He walked into my office for his first visit while he was on the phone talking about what seemed a very important "deal" and he stood in my office for the first five minutes on the phone. When he got off the phone he apologized and said, "This is my problem. This is why I need help." You recognize him. He might be you, your husband, wife, colleague, kid. Whatever.
Addicted to the cell phone.
Or you are sitting in a restaurant talking and your messages are vibrating and you just have to respond. You stealthily take your blackberry out and look to see what the most important message is. You can't seem to tear yourself loose from it. Your wife, kids, friends, and everyone feel that you are not really "there" when you are here with them. They feel insulted, left out, ignored, feeling that you are rude, compulsive, self-absorbed. They're right.
Let's face it. Probably 90% of the emails, text-messages, and even calls that you get are not important. Almost none of them are urgent. You feel anxious when you don't check, anxious if you don't respond IMMEDIATELY. You are hooked, addicted, and tethered like a dog to your blackberry.
What can you do?
Think of this as a mild case of obsessive compulsive disorder. And then use some cognitive behavioral therapy to break loose and take your life back.
Here are the steps:
- What are the advantages and disadvantages of immediately and always responding to your blackberry? You may think that the advantages are that you won't miss something or that if you give into the urge to check, the urge will go away. But you may recognize that the urge to check keeps coming back-stronger. And it may be that you are missing out on life while you are not missing out on trivial messages.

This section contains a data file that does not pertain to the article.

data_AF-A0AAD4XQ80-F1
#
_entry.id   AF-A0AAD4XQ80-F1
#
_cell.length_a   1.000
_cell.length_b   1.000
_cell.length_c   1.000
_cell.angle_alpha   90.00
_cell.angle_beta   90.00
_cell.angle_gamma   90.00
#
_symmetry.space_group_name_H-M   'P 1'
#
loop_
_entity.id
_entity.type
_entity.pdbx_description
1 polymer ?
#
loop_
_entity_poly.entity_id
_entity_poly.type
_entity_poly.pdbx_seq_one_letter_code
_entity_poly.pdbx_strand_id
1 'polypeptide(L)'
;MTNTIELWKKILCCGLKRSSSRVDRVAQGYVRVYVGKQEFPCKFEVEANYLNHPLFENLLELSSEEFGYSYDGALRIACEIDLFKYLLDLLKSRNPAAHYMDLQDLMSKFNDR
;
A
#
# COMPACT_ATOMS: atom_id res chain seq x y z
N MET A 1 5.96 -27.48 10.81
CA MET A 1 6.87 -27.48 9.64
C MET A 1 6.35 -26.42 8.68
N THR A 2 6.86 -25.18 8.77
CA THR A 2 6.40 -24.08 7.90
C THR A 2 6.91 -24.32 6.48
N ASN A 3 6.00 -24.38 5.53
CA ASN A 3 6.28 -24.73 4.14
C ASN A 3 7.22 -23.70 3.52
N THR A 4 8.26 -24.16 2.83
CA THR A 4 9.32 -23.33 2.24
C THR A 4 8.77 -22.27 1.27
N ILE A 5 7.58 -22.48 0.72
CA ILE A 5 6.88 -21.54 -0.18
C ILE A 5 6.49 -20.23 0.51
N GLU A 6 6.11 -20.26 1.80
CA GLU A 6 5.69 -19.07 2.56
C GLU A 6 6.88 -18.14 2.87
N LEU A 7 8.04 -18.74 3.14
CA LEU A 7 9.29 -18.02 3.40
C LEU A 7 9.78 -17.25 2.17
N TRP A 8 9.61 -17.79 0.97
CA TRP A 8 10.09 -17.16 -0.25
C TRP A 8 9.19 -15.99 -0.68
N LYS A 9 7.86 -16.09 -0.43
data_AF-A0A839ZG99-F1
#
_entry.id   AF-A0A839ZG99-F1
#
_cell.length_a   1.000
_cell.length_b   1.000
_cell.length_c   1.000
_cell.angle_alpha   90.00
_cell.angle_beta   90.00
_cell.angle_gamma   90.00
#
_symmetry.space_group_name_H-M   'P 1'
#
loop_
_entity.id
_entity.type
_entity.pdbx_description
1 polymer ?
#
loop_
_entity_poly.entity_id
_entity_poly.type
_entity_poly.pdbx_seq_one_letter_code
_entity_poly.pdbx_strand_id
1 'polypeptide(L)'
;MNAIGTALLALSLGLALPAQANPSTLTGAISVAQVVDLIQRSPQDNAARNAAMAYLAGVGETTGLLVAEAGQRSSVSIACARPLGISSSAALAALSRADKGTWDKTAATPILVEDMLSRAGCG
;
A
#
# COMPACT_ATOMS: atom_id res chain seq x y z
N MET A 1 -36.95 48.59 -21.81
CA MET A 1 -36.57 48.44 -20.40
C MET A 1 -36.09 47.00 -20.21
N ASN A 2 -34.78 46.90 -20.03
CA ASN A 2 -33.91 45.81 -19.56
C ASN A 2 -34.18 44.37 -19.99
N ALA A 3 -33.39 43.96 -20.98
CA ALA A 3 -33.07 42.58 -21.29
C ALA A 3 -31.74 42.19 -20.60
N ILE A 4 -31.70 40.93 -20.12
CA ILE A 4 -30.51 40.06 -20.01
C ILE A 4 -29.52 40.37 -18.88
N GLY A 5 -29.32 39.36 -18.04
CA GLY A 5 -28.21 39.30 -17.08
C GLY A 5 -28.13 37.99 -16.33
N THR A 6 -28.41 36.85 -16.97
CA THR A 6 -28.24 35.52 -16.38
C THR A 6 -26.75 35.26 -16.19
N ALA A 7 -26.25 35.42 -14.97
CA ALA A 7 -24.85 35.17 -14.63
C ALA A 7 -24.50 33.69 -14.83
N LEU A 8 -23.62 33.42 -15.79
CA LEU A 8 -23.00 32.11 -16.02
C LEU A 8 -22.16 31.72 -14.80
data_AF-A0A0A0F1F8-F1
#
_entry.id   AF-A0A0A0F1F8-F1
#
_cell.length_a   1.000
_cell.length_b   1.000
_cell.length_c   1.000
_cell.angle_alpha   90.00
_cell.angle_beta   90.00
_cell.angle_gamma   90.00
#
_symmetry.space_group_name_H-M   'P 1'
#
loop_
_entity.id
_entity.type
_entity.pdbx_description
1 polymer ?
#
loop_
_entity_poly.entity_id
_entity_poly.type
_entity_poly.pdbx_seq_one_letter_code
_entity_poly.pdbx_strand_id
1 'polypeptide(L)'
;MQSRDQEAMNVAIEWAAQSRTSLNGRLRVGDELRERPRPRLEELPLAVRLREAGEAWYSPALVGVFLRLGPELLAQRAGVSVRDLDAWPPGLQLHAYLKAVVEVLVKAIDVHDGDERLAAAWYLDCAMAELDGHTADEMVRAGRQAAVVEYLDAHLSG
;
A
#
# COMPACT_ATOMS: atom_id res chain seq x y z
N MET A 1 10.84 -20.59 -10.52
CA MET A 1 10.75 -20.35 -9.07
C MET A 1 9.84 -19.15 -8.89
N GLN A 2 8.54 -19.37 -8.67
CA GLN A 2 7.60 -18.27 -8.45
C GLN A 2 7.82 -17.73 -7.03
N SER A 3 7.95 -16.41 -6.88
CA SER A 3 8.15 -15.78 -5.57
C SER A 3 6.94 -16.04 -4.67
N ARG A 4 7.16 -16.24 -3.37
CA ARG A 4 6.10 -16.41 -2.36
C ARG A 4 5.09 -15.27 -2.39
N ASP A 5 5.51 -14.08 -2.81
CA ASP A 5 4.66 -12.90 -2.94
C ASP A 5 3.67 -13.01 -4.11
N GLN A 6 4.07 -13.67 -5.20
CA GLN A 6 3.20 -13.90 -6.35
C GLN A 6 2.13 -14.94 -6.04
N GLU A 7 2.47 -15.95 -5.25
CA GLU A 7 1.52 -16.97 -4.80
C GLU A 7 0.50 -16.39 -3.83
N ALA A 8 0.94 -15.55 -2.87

- How do others see it? Is it making them feel better or worse? If possible, ask them.
- How urgent are these messages? What do you predict would happen if you put off responding? Do you really think that there are missiles headed your way if you don't respond immediately?
- Set up an experiment. Establish Blackberry-free times and zones. For example, "I won't check my messages between 6 and 9 pm." Free yourself as much as you can so that you can notice that your kids are growing up in front of you. Look at them, not your blackberry.
- If you have the urge to check, delay responding for 20 minutes. See if the urge gets less or gets greater.
- Leave your blackberry home when you go out-a few times. See if this helps you enjoy your life more---or if you are constantly thinking you are missing something urgent.
- Reward yourself for every hour that you don't check. Let it go for a few hours and tell yourself that you are reclaiming your life.
- Tell yourself, "I own the Blackberry, it doesn't own me."